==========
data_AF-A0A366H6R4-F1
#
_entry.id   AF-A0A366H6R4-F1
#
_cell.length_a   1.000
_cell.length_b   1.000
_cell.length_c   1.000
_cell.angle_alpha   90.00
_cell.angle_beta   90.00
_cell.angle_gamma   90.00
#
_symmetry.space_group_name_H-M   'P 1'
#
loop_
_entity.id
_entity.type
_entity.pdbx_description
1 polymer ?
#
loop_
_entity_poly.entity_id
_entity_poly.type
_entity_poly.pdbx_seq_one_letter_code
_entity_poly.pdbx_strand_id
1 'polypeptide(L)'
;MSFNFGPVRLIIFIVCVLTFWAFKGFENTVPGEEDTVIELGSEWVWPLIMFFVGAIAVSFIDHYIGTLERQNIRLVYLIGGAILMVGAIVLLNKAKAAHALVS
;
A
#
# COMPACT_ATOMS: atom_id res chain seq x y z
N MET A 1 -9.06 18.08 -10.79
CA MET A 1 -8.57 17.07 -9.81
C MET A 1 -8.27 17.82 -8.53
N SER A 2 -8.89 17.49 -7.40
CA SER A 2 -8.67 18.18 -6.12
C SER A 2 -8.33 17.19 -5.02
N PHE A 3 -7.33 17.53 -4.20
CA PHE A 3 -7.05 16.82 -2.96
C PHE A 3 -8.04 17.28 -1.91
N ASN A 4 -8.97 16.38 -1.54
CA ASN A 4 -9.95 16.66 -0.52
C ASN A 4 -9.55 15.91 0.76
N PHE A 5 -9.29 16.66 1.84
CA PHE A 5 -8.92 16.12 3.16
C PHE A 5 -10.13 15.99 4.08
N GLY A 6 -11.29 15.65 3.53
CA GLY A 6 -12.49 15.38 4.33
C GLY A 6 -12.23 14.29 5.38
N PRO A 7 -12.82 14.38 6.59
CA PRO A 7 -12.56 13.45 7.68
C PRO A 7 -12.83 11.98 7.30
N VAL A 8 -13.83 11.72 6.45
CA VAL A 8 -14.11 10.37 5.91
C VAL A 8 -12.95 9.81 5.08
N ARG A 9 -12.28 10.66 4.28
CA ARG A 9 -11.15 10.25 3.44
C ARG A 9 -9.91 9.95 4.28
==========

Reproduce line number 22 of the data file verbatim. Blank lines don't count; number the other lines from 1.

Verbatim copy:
_entity_poly.type